Small Business Essentials: Banking

Beginning a limited company for the first time can be quite daunting, in consideration of all the laws and regulations you must comply with as a company director.

One such rule is that a limited company must operate a business bank account in its own name, if It is to use the banking system at all. To repeat; this means you cannot use your personal bank accounts when carrying our cash transactions on behalf of the company.

Who provides business banking?

The first good question you may ask is “Who do I have to choose from?”. This is an easy answer – as you will find that all of the high street bank also contain substantial business banking operations. Building societies are aimed at consumers only, and therefore do not generally offer such services.

When you consider that there are 1,300,000 limited companies in operation in the UK – that also means there is an awfully large market for business banking. This article will help you select the right one for you by highlighting the factors you will want to consider when picking your perfect banker.

Local Access

Cash is the blood that flows the veins of businesses, and to some industries – like retail – access to cash, change and lockups are essential in the operation of their day-to-day activities. If you consider that a typical town has 2-3 high street banks represented – you may wish to restrict your choice to these brands if making the longer distance trips to other banks would start to add up financially over the course of the year. Alternatively you may deal in credit cards, BACs and direct debits exclusively, and therefore access to a local branch is simply not as relevant. In these cases you can widen your scope much further afield.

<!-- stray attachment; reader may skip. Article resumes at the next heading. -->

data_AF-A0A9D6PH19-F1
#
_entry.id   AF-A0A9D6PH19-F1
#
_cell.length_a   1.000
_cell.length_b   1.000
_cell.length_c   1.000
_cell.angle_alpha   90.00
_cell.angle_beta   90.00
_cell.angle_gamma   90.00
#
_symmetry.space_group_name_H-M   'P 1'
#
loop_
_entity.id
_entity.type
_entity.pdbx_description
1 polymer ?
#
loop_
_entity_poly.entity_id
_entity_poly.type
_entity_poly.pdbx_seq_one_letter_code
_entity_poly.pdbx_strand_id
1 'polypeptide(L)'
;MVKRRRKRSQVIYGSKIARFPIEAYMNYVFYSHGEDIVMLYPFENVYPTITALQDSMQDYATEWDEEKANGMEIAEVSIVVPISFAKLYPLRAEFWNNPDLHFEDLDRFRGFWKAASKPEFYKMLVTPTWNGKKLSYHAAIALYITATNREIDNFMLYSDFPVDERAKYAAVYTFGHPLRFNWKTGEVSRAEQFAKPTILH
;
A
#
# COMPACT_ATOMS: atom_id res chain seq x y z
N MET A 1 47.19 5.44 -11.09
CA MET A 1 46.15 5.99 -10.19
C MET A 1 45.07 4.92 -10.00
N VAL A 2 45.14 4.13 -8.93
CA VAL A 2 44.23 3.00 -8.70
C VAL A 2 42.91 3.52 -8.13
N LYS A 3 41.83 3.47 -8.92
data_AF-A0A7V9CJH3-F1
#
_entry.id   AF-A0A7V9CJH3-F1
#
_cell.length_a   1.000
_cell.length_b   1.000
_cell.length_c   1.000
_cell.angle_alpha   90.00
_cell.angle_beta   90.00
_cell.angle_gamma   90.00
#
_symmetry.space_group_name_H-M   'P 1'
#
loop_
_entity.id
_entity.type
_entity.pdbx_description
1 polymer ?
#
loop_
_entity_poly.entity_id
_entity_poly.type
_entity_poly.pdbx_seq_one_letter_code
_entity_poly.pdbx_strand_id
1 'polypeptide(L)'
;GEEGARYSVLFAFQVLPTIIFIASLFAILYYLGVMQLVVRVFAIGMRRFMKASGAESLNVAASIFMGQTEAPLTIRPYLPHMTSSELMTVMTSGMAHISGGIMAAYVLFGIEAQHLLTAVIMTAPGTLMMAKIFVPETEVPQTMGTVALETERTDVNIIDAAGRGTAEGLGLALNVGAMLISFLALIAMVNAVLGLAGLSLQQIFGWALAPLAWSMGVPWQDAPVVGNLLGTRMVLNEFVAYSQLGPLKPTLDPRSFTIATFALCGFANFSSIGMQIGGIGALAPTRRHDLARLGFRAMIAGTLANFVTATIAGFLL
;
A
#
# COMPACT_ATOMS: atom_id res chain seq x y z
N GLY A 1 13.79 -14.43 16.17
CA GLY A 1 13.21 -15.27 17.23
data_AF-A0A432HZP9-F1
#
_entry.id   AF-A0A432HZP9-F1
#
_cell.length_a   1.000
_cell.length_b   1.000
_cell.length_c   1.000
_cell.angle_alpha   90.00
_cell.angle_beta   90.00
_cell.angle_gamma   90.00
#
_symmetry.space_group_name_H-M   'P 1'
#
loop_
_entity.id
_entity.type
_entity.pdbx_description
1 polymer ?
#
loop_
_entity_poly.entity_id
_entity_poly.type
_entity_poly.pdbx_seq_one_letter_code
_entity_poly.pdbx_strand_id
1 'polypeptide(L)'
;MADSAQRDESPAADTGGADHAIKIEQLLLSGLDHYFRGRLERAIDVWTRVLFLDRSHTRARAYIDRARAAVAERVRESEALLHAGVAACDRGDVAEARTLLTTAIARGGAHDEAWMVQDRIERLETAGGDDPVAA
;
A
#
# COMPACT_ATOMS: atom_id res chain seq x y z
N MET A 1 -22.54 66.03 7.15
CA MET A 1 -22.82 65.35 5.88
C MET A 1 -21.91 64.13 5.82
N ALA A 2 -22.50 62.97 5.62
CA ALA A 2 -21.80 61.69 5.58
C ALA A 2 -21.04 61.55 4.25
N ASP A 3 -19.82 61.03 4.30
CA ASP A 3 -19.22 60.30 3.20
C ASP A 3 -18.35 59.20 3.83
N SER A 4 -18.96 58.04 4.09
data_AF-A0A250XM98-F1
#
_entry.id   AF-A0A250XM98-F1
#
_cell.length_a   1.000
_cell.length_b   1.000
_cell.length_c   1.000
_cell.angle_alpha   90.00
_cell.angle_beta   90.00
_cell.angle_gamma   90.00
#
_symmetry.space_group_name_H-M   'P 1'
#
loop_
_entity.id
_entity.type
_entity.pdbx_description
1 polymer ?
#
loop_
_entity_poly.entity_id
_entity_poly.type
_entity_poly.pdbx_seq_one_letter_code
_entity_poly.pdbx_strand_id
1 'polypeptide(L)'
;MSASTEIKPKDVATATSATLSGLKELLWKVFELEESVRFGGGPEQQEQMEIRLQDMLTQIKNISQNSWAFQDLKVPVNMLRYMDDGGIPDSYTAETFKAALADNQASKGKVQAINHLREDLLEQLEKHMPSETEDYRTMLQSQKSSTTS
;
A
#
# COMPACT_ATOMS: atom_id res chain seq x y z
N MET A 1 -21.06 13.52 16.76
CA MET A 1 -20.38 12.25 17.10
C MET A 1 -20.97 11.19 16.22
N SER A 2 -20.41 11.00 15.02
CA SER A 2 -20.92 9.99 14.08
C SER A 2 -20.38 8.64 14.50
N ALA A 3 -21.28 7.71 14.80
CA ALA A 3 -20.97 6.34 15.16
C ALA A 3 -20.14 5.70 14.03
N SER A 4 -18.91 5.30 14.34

A business will seek to keep as little cash as possible to provide the largest return to the owner on the capital is possesses. However, a residual cash balance is always sensible to enable the company to pay debts as they fall due, and deal with unexpected costs and bills. In such cases it is optimal to place these business savings in a business savings account, which will attract a higher rate of interest than business current accounts, which like their personal counter-parts tend to offer a virtually non-existent rate.


You will quickly discover that many business banks offer heavily reduced fees for the first year or two since opening the account. This is a great incentive, but it is important to weigh up the pros and cons of signing up for a bank with higher standard charges in return for a more generous welcome package. A key difference between personal and business accounts is that business accounts tend to levy small charges for each transaction (like making a transfer to a supplier) which would otherwise be free for an ordinary individual. Therefore banking costs should be seen as a real cost of business, and therefore something you should seek to reduce wherever possible.


It’s clear that invoice factoring is not as straight forward as a simple loan – but this is perhaps a functionality of its usefulness and tailored nature to each business, so I wouldn’t let it deter you. Instead, if you need any advice on invoice factoring for your business, then take a look at Hitachi Capital, where you can get reputable and reliable invoice finance from the experts.

For small businesses looking to put their money to work, the Online Trading Academy offers investment tips and trading resources.

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